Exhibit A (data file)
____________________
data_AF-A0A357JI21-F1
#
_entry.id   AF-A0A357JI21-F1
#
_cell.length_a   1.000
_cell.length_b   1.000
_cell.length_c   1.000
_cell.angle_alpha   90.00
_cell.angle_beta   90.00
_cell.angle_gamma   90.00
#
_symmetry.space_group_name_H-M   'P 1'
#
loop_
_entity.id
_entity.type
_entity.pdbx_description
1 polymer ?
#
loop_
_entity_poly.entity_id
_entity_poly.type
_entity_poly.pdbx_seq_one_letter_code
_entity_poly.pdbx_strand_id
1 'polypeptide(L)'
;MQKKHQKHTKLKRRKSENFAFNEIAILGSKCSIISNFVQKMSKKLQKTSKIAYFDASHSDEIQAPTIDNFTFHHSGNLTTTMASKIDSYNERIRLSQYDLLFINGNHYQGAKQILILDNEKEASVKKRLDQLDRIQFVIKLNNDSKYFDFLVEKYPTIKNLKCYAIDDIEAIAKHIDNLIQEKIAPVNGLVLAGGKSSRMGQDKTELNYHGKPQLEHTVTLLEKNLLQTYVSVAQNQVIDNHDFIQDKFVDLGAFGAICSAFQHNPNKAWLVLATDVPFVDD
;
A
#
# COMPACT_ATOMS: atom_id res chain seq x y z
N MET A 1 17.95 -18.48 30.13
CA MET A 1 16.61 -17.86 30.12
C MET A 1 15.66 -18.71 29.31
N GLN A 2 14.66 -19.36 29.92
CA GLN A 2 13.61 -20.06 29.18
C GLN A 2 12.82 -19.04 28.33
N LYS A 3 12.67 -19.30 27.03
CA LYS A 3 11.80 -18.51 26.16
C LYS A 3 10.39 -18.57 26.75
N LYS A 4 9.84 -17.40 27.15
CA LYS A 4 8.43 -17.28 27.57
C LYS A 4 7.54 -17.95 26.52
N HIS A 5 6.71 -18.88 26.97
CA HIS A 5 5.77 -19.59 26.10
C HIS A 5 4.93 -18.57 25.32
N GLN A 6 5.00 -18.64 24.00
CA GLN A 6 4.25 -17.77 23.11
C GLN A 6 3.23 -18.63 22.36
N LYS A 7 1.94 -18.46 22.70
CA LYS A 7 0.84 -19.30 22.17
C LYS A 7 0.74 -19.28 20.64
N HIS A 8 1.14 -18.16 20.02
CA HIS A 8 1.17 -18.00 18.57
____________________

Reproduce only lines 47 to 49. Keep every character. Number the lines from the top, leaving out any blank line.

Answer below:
CA GLN A 6 4.25 -17.77 23.11
C GLN A 6 3.23 -18.63 22.36
N LYS A 7 1.94 -18.46 22.70